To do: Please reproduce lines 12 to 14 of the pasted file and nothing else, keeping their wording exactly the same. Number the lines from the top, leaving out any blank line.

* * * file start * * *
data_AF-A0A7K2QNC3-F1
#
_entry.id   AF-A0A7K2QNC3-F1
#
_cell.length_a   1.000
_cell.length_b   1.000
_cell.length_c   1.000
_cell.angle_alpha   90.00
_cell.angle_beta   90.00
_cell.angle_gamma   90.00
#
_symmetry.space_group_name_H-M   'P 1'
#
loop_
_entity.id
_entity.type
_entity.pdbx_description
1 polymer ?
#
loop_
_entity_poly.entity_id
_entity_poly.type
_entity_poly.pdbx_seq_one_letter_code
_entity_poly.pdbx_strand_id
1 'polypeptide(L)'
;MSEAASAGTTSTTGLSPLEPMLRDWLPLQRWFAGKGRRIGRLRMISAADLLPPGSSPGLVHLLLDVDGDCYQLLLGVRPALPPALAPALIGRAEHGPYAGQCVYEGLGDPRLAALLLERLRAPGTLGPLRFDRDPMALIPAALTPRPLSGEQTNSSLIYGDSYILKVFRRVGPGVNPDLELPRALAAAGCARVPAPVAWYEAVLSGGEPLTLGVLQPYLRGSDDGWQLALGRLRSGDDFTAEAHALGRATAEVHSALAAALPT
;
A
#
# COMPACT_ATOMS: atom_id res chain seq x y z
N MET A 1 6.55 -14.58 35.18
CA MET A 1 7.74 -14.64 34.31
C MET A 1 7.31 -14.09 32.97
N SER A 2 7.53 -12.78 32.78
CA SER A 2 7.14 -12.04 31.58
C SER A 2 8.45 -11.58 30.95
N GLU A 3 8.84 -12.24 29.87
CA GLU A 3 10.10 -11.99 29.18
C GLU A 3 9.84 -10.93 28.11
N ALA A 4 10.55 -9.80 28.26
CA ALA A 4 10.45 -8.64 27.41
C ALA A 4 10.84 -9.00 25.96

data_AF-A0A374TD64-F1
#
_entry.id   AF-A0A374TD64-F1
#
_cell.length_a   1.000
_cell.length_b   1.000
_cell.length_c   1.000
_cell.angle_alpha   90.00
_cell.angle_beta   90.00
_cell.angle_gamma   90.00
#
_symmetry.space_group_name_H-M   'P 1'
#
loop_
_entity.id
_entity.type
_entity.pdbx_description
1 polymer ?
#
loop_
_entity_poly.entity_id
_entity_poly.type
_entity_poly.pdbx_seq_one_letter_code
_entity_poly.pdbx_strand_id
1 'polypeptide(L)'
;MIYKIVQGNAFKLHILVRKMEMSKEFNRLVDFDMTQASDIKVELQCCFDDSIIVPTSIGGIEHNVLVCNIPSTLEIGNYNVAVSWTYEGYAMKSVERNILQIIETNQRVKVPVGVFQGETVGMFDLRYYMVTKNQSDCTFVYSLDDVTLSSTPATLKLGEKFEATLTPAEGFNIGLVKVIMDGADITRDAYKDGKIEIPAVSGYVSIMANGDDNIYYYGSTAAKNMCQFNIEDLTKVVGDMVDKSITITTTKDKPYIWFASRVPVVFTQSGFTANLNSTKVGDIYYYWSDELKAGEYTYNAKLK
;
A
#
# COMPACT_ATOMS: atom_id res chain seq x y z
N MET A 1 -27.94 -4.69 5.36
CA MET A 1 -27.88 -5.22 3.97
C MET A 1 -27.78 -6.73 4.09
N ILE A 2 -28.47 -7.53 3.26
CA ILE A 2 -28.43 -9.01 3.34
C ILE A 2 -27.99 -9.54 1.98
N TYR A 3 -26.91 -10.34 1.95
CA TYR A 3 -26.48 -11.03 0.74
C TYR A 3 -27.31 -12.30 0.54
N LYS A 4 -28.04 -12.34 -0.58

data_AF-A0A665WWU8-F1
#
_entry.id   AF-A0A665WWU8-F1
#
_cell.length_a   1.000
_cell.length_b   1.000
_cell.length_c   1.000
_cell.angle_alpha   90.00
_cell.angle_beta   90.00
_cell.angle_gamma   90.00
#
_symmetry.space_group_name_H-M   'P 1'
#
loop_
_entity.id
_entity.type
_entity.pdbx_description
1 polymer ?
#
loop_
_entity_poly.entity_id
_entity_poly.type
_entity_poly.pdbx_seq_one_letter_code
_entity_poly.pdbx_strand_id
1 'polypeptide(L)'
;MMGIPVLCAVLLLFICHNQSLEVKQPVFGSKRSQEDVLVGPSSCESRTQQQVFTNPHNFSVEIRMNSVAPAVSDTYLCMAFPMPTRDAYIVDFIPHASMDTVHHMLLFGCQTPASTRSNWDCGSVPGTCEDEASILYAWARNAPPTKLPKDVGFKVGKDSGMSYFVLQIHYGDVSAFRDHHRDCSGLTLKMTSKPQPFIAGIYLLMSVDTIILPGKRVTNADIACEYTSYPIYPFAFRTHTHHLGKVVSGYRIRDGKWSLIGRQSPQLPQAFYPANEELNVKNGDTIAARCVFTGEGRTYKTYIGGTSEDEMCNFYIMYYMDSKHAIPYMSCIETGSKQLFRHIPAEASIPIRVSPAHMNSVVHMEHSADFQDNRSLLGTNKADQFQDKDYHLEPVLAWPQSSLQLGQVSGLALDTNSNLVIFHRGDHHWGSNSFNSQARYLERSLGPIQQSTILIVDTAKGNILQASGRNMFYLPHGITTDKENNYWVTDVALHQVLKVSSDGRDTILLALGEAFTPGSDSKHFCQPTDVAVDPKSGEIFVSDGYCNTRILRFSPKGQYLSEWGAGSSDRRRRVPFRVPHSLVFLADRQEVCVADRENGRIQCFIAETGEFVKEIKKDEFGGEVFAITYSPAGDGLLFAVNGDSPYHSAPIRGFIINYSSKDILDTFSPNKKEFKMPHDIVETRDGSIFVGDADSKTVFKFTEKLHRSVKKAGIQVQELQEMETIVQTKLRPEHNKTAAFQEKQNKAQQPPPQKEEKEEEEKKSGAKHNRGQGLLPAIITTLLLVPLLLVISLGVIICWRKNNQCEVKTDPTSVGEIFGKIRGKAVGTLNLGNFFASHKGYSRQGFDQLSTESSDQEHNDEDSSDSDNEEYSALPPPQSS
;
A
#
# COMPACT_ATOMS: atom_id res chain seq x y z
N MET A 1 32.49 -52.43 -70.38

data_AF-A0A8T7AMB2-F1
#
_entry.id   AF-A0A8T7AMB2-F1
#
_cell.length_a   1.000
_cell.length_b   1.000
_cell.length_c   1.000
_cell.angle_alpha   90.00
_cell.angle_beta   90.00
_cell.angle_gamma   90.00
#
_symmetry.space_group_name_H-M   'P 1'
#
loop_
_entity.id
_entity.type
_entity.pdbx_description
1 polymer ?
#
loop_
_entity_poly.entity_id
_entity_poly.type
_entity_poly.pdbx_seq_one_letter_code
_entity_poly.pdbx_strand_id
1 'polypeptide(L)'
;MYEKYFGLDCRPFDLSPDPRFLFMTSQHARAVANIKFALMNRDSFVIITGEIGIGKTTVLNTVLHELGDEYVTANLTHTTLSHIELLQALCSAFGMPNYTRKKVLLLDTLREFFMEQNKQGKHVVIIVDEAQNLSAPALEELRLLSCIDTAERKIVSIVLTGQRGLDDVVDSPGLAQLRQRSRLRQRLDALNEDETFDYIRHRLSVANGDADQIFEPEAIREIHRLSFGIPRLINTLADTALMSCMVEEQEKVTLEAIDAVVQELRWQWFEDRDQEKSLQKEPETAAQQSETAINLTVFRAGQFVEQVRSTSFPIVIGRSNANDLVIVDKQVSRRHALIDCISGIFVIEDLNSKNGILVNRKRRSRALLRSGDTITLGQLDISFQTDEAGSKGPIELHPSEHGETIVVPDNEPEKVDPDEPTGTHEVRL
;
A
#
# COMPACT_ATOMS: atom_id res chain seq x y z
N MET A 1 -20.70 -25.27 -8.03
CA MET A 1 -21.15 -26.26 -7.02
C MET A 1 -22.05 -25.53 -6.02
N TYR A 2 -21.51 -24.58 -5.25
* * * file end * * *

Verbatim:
_symmetry.space_group_name_H-M   'P 1'
#
loop_